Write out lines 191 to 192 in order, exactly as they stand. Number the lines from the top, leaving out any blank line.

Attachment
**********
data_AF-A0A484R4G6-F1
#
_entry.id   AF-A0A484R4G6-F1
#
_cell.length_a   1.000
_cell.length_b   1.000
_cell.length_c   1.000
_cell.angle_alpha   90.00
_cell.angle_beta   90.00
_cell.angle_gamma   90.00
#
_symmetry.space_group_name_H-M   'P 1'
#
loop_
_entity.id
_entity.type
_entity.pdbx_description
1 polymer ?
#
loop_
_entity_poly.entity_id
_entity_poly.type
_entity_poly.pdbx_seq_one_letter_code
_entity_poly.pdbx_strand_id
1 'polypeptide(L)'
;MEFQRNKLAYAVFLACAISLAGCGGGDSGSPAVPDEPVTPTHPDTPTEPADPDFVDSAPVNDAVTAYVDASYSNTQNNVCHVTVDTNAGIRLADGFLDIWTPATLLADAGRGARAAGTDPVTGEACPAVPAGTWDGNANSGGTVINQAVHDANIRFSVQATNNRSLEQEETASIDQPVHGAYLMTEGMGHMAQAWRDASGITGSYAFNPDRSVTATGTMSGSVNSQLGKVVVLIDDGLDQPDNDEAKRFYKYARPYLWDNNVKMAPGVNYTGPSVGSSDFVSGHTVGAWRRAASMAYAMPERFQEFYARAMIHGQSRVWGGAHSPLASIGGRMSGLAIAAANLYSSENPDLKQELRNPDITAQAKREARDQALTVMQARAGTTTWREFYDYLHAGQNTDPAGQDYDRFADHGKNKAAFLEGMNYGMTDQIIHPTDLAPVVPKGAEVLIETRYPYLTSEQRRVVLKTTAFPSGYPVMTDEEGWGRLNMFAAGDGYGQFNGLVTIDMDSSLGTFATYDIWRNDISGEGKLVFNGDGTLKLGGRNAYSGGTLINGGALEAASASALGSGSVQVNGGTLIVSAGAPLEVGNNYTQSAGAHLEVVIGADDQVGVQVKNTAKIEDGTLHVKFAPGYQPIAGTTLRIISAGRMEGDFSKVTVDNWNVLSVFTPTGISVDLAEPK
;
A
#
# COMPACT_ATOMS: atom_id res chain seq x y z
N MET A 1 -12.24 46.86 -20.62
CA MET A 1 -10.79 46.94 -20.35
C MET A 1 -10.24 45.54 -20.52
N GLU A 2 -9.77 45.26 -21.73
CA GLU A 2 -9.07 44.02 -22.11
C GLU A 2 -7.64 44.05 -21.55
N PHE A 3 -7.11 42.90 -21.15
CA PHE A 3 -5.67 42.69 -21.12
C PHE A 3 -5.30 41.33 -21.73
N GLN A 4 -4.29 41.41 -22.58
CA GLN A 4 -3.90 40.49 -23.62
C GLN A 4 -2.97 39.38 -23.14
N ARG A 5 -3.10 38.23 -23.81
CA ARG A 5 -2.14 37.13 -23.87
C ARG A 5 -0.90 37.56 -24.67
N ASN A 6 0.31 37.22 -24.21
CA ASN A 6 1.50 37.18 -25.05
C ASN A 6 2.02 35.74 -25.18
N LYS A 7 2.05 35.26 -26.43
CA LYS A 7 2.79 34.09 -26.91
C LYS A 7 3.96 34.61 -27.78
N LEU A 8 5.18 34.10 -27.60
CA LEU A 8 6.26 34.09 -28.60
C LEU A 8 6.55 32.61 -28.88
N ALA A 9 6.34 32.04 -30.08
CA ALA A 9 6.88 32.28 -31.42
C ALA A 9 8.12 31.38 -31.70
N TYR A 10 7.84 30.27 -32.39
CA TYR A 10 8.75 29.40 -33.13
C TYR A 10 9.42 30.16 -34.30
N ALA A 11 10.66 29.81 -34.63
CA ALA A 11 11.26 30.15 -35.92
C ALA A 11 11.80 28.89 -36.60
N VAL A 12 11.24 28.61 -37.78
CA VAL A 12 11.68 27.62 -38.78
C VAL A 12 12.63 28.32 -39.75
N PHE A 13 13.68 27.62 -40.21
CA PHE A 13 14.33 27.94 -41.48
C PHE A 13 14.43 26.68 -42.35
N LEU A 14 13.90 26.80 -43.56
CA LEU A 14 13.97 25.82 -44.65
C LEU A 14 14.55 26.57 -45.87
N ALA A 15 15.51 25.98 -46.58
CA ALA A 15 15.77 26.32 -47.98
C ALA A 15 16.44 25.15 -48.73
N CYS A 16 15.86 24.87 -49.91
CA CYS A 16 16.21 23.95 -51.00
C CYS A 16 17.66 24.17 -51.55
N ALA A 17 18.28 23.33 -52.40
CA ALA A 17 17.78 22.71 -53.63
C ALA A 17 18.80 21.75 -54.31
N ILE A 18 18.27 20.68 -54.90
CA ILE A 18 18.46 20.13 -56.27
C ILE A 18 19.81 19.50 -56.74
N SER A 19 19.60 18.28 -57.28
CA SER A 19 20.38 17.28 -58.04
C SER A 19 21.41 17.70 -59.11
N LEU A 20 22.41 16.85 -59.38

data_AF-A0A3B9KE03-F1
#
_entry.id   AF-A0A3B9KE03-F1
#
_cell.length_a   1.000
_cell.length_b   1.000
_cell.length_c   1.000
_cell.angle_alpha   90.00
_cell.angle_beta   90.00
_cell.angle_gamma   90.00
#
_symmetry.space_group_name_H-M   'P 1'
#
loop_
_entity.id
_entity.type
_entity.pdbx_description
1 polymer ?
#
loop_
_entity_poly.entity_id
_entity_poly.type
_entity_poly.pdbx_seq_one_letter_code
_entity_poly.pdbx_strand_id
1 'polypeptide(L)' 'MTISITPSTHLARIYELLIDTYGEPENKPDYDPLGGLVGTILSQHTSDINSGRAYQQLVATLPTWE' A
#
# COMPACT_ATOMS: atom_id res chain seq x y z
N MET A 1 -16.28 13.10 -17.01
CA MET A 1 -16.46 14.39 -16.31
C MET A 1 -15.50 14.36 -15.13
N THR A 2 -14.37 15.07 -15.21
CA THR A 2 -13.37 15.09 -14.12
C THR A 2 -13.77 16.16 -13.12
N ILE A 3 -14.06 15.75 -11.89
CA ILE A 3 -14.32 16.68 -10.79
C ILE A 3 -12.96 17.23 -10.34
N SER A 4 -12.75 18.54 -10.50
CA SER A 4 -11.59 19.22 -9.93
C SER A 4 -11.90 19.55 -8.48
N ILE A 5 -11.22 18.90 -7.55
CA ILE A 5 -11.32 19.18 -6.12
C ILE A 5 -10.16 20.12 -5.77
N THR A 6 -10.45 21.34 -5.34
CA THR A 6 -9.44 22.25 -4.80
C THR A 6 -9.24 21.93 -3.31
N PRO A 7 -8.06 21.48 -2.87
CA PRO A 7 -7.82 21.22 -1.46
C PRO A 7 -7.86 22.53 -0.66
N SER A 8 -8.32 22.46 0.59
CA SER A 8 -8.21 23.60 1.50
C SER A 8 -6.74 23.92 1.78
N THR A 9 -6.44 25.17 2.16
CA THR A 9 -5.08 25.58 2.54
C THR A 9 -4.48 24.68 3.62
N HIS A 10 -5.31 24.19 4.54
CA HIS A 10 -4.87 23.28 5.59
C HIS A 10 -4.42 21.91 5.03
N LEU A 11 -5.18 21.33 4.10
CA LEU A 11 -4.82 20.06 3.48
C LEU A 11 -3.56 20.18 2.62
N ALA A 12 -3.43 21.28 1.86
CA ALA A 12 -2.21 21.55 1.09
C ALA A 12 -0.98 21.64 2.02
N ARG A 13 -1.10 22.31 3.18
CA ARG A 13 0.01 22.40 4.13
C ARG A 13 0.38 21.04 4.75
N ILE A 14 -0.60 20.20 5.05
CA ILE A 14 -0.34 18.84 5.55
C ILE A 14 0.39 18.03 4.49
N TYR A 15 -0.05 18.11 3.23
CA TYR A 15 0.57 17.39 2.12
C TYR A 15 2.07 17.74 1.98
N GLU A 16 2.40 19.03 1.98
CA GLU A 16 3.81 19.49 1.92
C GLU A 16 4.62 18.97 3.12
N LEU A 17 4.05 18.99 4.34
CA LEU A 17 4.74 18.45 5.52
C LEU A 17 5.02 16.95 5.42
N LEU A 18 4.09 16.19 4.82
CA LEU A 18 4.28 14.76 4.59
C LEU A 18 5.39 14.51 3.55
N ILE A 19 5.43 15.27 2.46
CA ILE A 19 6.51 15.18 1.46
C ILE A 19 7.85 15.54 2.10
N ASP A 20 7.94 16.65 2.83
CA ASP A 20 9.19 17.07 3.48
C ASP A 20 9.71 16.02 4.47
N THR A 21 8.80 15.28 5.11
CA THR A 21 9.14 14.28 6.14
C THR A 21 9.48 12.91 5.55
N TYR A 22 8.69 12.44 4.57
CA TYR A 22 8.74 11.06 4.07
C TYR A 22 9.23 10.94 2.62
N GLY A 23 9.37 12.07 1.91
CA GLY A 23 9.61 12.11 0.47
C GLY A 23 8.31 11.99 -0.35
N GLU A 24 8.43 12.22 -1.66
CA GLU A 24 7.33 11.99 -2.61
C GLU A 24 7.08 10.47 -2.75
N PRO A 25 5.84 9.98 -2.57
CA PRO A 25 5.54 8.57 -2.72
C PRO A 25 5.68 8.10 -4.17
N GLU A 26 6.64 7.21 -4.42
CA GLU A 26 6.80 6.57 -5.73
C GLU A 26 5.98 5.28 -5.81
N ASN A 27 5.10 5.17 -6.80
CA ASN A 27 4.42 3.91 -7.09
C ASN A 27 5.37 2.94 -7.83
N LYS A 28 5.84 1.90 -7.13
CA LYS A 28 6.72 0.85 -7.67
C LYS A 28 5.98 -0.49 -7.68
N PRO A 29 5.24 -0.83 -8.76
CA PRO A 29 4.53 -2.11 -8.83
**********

N GLU A 26 6.64 7.21 -4.42
CA GLU A 26 6.80 6.57 -5.73